Did You Know? Disrupt Texts Is the Latest Attack on the Western Canon

Penguin Classics is partnering with Disrupt Texts to replace Shakespeare and Homer with Ibram X. Kendi. What is Disrupt Texts? For the uninitiated, it is a new radical movement in classrooms which seeks to disrupt the “hegemony of English” and the Western canon by replacing them. According to its own website, Disrupt Texts is a “crowdsourced, grassroots effort by … Continue reading “Did You Know? Disrupt Texts Is the Latest Attack on the Western Canon”


The Power of Denunciation in Political Science

A recent case of attempted silencing and censorship has roiled the field of political science. Two gender studies professors, Allison Howell of Rutgers University and Melanie Richter-Montpetit of the University of Sussex in the UK, wrote an interdisciplinary paper titled “Is securitization theory racist? Civilizationism, methodological whiteness, and antiblack thought in the Copenhagen School,” published … Continue reading “The Power of Denunciation in Political Science”


Higher Ed Is Stoking the Flames of the War on History

On July 4 at Mt. Rushmore, President Trump praised Walt Whitman, Mark Twain, and Louis Armstrong; it was a significant political and cultural speech, comparable to Trump’s speech extolling Western civilization at Warsaw in 2017. Trump also ordered a federal project called the Garden of National Heroes, mandating the artwork to be classical and “not … Continue reading “Higher Ed Is Stoking the Flames of the War on History”


Whatever Happened to the Teaching of Western Civilization?

Whatever Happened to the Teaching of Western Civilization?

Stanley Kurtz ranks as one of this country’s most insightful critics of higher education. The National Association of Scholars chose wisely in commissioning him to write a report on what has happened to the teaching of Western civilization on the postmodern campus.  For those worried about the future of the republic, The Lost History of … Continue reading “Whatever Happened to the Teaching of Western Civilization?”


Thomas Cole, "A View of the Mountain Pass Called the Notch of the White Mountains (Crawford Notch)," 1839.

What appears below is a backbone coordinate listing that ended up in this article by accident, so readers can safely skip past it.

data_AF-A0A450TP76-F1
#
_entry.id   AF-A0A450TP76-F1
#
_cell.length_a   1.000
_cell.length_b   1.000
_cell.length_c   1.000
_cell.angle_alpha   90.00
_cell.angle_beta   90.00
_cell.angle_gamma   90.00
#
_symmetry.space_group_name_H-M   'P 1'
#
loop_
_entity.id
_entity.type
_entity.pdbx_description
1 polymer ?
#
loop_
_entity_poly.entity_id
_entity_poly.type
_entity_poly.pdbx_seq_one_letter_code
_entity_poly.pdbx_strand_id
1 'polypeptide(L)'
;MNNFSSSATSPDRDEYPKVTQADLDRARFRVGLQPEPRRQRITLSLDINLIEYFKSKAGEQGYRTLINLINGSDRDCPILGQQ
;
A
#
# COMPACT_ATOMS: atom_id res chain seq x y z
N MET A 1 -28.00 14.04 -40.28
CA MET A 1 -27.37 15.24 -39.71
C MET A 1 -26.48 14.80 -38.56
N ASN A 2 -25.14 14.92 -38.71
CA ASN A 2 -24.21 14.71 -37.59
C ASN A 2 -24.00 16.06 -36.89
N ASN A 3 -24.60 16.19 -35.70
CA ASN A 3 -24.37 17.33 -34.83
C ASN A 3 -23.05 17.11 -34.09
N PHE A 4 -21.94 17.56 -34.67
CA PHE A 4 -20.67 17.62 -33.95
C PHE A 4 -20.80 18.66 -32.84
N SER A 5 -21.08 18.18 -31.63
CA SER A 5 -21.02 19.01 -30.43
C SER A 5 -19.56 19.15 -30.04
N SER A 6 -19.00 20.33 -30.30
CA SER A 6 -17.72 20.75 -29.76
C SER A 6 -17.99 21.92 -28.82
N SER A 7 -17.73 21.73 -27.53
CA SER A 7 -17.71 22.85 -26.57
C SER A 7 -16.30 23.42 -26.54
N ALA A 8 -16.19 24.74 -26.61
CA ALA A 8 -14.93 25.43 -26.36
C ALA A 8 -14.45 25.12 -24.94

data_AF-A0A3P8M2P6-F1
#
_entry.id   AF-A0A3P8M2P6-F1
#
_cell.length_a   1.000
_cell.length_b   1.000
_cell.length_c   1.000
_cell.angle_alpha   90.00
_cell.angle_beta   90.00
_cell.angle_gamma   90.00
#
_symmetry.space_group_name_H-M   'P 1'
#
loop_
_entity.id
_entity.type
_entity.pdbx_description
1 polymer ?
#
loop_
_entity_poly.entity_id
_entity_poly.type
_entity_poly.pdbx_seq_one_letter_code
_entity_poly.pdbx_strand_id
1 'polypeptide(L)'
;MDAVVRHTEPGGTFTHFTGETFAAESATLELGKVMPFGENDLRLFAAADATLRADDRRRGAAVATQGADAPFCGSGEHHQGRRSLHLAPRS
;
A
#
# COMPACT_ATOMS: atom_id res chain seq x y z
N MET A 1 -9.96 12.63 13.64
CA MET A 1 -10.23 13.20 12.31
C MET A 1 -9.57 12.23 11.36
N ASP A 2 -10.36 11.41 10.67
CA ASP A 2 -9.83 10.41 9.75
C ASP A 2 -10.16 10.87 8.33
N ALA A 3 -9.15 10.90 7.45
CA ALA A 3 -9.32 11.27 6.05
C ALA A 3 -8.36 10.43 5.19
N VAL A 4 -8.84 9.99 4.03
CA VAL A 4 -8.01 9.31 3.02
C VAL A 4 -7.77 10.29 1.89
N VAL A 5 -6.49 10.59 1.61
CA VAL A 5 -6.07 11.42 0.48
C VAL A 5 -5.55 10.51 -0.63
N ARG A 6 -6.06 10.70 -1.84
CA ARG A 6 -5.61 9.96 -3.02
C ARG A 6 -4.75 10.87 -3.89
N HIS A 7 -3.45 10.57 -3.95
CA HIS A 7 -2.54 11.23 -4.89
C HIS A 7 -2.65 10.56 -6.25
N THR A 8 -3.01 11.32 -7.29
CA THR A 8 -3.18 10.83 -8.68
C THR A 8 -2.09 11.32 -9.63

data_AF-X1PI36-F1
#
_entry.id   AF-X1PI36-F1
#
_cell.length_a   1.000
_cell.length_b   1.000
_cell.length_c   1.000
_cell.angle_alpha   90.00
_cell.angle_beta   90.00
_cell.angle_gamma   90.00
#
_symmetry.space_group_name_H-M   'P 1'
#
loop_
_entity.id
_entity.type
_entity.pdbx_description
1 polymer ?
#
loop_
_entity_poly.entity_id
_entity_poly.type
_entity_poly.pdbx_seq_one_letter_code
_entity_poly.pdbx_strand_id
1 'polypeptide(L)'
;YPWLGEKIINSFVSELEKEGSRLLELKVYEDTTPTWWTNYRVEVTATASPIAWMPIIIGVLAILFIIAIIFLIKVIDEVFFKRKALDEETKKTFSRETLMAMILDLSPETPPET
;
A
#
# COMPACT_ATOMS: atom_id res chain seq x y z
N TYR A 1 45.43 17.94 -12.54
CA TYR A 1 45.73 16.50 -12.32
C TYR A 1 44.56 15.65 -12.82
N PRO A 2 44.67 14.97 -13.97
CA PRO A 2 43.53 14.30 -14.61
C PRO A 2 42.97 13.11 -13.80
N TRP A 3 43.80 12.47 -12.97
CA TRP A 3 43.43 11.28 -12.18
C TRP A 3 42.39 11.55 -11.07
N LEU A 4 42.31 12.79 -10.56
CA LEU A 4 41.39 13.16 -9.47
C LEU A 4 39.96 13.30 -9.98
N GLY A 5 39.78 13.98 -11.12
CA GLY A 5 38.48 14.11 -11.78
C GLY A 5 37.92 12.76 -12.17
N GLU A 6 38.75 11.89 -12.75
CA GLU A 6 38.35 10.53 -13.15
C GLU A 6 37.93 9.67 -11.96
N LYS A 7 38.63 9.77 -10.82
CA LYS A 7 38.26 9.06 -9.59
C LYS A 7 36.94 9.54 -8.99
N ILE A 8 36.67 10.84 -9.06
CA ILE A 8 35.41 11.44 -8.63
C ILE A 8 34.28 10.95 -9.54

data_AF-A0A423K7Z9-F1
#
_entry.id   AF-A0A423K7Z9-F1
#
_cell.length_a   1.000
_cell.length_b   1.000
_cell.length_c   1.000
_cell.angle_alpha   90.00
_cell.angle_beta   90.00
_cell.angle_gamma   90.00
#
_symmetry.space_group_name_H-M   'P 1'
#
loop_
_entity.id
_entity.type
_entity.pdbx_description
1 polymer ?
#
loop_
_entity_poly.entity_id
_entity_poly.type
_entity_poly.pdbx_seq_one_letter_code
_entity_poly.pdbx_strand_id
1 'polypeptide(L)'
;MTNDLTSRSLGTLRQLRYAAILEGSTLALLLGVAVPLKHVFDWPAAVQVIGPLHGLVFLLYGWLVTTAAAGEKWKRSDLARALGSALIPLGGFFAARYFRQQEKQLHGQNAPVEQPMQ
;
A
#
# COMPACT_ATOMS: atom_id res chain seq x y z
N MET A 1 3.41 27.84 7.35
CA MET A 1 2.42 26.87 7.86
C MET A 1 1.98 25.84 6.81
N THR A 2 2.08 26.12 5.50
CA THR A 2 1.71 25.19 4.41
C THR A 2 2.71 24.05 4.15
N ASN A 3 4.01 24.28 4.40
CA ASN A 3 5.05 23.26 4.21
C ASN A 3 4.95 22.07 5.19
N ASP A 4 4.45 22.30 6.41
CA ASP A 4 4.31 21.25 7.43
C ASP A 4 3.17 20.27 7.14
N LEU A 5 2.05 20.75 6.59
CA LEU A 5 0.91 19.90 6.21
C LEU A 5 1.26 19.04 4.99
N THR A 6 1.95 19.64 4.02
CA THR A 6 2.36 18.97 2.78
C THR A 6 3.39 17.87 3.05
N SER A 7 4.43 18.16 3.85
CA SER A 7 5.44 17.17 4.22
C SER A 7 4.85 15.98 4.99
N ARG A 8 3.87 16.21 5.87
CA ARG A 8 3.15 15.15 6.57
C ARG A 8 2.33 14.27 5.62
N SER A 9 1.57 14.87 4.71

Why Art Matters

What do conservatives want to conserve? Clearly, conservatives everywhere desire the preservation and maintenance of the good things belonging to their various cultures that have been passed down from previous generations to their present time. That desire also implies conservatives wish to continue their cultural inheritance by passing these benefits on to their children and … Continue reading “Why Art Matters”


The Free Online Courses that Cultivate the Mind

The task of learning never ends for those who want to grow in wisdom. But in a world of eight- or ten-hour workdays, traffic jams, and daily responsibilities, it can be easy to put the life of the mind on the back burner. Besides time constraints, another difficulty is that education is expensive. For those … Continue reading “The Free Online Courses that Cultivate the Mind”


Macalester College: Liberal Arts or Monoculture?

Macalester College is a small (2,000-plus students), highly regarded, and very selective liberal arts college in St. Paul, Minnesota. It is proud of its liberal reputation and international outlook, and touts as past faculty vice presidents Hubert Humphrey and Walter Mondale, as well as undergraduate Kofi Anan, previous head of the United Nations. Macalester boasts … Continue reading “Macalester College: Liberal Arts or Monoculture?”


What We’re Reading: A Defense of the University, Governance Guidebooks, and a Higher Ed Satire

Jenna A. Robinson, President In March, Helen Pluckrose and James A. Lindsay penned “A Principled Defense of the University” for Areo. Coming from two of the authors of the “Sokal Squared” publishing scandal, it’s an important disclaimer: Grievance studies are not representative of the whole university. In the essay, the authors explain why they believe … Continue reading “What We’re Reading: A Defense of the University, Governance Guidebooks, and a Higher Ed Satire”



The Four Perspectives of Higher Education Policy Explained

Explaining higher education policy is never easy (even to people who are involved in it). Over the years, while training young writers for the Martin Center, I have come up with a model that has proven useful. One way to produce clarity among the confusion is to apply a model having four basic perspectives rather … Continue reading “The Four Perspectives of Higher Education Policy Explained”